Every Secret Thing
Directed by: Amy Berg
Amy Berg (“West of Memphis”) tries her hand at narrative features with “Every Secret Thing”, and for the most part succeeds. With a strong cast and a screenplay written by the great Nicole Holofcener (“Please Give”) Berg creates a slow burn, crime drama that unfolds through a series of flashbacks. Much like her aforementioned documentary, this film focuses on ineffective parenting and the holes in the American justice system.
Detective Nancy Porter (Banks) is investigating the disappearance of a three year old girl from a local furniture store. Her two main suspects in the case are Ronnie Fuller (Fanning) and Alice Manning (Macdonald) who were convicted of kidnapping and eventually murdering another three year old girl, seven years earlier. Alice, an overweight self-loathing girl, lives at home with her disapproving, domineering mother (Lane). Her mother treats her like a curse, and in the flashbacks to her childhood even seems to prefer Ronnie as a daughter, showering her with compliments and affection. Ronnie is a reserved, depressed girl who works seven days a week and lives in an obviously unhealthy home with a mother and father that look like druggy burnouts. Everything seems to point at one of them being guilty, but Porter can’t figure out which until she starts to peel the layers and things come to light about the case seven years ago.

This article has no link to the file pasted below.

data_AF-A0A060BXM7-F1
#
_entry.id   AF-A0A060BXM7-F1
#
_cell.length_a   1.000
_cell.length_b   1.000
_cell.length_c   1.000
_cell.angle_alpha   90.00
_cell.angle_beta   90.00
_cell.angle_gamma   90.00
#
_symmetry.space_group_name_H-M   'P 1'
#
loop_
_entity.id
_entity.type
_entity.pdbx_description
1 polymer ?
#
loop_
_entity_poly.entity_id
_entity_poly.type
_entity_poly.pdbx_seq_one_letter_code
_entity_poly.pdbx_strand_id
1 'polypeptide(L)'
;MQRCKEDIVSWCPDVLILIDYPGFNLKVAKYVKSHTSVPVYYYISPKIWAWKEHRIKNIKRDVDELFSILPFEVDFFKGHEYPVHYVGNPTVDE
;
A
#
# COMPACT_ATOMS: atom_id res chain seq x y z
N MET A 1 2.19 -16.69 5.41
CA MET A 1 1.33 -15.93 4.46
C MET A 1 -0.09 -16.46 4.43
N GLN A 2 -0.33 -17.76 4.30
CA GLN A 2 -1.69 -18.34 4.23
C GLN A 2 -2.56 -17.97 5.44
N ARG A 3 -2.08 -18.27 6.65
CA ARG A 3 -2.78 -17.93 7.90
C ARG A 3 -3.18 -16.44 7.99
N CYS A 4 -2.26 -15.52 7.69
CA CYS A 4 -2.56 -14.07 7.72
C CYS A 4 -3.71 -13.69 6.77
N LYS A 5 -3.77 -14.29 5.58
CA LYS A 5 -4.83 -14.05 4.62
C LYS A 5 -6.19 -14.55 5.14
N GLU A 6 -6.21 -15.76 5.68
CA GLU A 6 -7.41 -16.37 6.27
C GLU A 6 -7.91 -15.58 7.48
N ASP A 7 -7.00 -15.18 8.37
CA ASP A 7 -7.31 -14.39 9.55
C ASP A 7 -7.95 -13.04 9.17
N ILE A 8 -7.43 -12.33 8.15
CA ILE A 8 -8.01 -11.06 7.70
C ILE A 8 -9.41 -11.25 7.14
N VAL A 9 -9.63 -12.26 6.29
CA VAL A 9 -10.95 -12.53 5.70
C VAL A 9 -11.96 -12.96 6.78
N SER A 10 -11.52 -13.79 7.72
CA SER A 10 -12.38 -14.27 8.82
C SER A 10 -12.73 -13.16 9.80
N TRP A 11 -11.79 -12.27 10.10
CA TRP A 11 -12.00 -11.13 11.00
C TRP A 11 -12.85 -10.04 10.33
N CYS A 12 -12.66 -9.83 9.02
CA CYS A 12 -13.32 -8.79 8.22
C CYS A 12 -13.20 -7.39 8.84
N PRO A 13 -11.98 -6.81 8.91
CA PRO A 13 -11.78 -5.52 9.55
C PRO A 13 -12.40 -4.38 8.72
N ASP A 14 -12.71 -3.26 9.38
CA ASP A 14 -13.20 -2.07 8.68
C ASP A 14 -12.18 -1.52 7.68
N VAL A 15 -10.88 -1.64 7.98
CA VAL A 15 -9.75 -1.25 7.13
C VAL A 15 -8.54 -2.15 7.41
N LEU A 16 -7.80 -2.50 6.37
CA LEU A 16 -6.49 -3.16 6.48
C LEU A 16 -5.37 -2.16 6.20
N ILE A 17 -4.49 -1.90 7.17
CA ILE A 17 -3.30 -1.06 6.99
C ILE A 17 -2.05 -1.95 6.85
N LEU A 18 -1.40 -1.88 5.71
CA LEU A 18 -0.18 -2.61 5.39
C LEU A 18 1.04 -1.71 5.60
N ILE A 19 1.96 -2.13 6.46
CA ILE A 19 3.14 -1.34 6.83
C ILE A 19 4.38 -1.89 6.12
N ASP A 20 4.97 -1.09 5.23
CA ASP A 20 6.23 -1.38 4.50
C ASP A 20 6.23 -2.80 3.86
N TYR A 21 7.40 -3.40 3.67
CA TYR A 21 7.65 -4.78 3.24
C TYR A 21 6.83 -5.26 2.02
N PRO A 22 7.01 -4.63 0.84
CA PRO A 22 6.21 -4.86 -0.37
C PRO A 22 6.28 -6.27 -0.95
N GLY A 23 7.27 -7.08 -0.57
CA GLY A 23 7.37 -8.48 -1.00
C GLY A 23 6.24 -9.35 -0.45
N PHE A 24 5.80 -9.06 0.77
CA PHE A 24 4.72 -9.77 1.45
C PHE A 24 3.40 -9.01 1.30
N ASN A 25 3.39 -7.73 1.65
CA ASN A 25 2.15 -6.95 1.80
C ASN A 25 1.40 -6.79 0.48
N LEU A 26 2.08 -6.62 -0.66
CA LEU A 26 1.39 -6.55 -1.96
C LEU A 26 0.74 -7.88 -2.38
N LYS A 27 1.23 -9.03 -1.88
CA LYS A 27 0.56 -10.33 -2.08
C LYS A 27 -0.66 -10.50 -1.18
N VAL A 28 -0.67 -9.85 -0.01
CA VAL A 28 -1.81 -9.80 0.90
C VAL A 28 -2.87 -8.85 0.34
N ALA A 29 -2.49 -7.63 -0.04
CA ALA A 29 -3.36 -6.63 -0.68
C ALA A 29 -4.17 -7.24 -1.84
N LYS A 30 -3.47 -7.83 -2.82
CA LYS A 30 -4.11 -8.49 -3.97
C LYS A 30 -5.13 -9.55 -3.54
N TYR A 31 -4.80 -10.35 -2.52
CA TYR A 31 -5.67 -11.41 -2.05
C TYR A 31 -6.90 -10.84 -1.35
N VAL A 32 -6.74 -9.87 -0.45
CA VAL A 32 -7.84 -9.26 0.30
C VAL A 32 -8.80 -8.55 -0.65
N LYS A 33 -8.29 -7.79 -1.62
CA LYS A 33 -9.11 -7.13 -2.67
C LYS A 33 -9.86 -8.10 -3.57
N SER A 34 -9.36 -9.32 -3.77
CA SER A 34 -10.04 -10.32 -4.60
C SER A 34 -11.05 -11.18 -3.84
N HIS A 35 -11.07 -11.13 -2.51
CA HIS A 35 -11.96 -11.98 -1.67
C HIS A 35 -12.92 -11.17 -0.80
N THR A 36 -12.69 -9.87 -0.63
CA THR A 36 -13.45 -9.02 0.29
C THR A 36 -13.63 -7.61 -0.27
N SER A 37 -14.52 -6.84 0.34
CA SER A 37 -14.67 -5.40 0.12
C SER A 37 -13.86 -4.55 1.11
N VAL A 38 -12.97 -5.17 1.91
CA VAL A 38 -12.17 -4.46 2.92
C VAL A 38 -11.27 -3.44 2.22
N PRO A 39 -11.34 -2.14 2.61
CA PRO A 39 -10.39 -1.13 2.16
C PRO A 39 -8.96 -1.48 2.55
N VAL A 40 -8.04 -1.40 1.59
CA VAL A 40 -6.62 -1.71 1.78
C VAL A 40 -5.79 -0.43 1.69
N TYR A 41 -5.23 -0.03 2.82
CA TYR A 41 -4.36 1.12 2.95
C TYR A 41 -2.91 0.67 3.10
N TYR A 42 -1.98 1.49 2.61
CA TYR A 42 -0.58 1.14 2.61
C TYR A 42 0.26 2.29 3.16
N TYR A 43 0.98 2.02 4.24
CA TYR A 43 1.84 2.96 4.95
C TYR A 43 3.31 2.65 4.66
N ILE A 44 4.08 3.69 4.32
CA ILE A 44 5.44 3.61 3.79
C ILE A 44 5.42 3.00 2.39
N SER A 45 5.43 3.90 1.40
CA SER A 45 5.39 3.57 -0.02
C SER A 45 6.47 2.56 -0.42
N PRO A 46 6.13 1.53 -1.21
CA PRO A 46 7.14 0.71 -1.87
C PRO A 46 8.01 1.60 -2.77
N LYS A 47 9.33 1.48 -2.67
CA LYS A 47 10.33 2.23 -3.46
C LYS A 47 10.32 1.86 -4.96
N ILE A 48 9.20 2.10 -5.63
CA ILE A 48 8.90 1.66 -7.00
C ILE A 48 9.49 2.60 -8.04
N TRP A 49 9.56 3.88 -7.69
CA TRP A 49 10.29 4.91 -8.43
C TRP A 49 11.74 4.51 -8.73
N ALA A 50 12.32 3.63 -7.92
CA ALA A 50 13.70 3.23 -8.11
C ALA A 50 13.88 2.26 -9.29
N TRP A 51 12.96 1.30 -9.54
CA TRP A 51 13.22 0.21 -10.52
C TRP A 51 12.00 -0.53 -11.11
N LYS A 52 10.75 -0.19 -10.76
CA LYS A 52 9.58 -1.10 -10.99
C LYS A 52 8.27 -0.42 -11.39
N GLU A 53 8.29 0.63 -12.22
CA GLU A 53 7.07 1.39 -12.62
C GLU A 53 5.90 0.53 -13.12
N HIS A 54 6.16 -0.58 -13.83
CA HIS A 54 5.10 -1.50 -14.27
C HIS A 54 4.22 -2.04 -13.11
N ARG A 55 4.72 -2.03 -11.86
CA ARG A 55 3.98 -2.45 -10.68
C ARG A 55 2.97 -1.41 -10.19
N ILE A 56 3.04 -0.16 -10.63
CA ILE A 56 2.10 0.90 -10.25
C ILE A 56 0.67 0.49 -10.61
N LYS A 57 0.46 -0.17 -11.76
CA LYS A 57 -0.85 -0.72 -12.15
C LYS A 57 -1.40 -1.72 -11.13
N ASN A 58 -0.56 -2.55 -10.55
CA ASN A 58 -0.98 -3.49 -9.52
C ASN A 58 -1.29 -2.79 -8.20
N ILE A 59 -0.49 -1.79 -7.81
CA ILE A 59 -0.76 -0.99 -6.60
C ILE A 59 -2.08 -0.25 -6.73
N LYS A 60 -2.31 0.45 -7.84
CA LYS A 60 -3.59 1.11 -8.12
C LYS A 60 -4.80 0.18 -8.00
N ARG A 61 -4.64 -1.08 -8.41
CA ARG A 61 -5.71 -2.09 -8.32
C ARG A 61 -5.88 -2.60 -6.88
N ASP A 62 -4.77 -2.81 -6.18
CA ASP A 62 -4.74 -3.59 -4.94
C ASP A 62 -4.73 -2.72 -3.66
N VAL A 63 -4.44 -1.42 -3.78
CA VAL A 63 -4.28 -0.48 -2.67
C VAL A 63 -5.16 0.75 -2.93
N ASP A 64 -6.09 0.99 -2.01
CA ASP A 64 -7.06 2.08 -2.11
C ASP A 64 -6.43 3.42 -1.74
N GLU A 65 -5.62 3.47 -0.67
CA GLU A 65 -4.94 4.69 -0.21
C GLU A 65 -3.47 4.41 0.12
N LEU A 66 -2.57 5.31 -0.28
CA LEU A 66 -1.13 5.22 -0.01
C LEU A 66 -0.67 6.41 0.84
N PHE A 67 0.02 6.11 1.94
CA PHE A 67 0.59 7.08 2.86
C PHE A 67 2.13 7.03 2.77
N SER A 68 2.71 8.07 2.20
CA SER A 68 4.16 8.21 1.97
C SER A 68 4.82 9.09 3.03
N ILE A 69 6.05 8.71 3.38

“Every Secret Thing” is full of good performances and excellent crime scene segments. The story is decent, if not a little unbelievable at times and it is clear from the beginning that Berg brought her “A” game. All in all, I enjoyed it. I guess my only complaint (besides the unbelievable thing) would be that it didn’t delve deeply enough into the emotional and mental scars Alice suffered at the hands of her mother’s mis-parenting of her. That is not hugely detrimental to the film though. If you enjoy crime dramas or police shows like C.S.I., you will probably love “Every Secret Thing”.